According to Meduza’s sources, Mayor Sergey Sobyanin’s team of strategists wanted the actor Dmitry Pevtsov to run in the district earmarked for Bazhenov. In Moscow’s central district, meanwhile, City Hall advocated the candidacy of former Gorky Park director Sergey Kapkov.
Sobyanin’s office also apparently considered political candidacy for the actor Vladimir Mashkov and the filmmaker Alexey Uchitel. Reports that Dmitry Pevtsov and Sergey Kapkov might run for deputy positions even appeared in the newspaper Kommersant.
“The presidential administration blocked the nomination of the actors and the film director. They say they’re creative, unpredictable people, from whom you can expect just about anything,” a source in Sobyanin’s office told Meduza.
Actor Sergey Kapkov assured Meduza that he has no intention of running for the State Duma “either in the party-list races or in the single-mandate races.” Alexey Uchitel, in turn, said he “had no knowledge” of any such plans. Vladimir Mashkov didn’t respond to Meduza’s questions. Dmitry Pevtsov also dismissed any talk of an imminent political campaign, saying, “I’m a busy person. I might get a day off every three months. But if such a far-fetched idea occurs to me, as a fully grown adult, I’ll say so directly and openly. Everybody will hear about it if it happens.”
A source close to the Kremlin told Meduza that the Putin administration’s domestic policy team wants to recruit as many public figures as possible for the next State Duma, but the president’s strategists apparently don’t want any actors or athletes (and voices at United Russia have repeatedly stated the party’s disinterest in such candidates).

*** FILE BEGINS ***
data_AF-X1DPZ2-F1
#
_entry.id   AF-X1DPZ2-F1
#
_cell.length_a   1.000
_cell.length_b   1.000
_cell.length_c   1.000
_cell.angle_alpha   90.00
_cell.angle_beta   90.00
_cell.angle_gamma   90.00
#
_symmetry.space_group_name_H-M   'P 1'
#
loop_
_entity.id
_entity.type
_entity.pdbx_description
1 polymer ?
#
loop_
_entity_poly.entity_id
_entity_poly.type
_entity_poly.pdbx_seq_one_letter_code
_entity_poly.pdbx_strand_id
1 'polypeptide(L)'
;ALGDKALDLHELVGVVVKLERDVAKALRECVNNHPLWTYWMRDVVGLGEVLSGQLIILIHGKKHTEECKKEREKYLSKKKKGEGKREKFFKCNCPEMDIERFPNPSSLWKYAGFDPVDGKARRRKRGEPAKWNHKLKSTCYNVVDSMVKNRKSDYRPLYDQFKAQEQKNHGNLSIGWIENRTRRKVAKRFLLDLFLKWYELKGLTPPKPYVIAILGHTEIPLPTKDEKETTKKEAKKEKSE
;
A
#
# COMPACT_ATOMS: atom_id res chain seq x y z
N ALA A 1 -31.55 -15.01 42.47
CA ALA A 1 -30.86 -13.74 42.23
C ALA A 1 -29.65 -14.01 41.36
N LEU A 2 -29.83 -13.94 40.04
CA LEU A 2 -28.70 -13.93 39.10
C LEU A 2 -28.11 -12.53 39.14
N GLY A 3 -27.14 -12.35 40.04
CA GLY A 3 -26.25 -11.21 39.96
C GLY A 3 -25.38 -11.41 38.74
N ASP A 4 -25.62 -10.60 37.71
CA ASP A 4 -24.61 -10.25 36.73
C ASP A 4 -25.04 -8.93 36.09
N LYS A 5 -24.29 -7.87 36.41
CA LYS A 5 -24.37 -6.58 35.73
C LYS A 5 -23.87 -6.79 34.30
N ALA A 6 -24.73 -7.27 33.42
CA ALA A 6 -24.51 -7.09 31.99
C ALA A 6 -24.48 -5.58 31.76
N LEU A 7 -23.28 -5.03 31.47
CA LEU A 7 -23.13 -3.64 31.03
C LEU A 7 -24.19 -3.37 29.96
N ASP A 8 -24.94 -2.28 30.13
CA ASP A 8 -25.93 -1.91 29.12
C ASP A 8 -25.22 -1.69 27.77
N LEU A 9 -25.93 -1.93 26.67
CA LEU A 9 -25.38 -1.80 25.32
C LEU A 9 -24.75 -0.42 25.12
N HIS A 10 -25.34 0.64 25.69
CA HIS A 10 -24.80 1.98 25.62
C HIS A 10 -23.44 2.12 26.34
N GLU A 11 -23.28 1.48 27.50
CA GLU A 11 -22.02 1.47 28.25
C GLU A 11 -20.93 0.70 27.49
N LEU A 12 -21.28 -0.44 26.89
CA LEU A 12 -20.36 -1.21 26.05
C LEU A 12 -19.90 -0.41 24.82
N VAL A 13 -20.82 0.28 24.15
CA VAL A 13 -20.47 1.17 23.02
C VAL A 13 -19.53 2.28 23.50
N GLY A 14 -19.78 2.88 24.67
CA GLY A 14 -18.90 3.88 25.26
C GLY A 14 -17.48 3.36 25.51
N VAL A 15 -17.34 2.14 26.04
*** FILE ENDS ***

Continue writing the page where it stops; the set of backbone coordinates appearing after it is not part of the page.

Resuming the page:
The Kremlin’s desired candidates are the stars of the small screen: news anchors and talk show hosts whose commentary focuses mostly on foreign affairs, not Russia’s own problems and politics. “Everyone knows these people, but they don’t deal with domestic issues. Instead, they just repeat how bad it is in America and Europe,” explained Meduza’s source.
The Putin administration reportedly hopes to repeat the success television figures enjoyed two years ago during Moscow’s City Duma races. (The Kremlin apparently spearheaded these candidacies.) Officials are also keen to overcome the challenge inherent in Alexey Navalny’s strategic voting initiative, which helped deliver 20 of the city’s 45 municipal council seats to individuals endorsed by “Smart Voter.”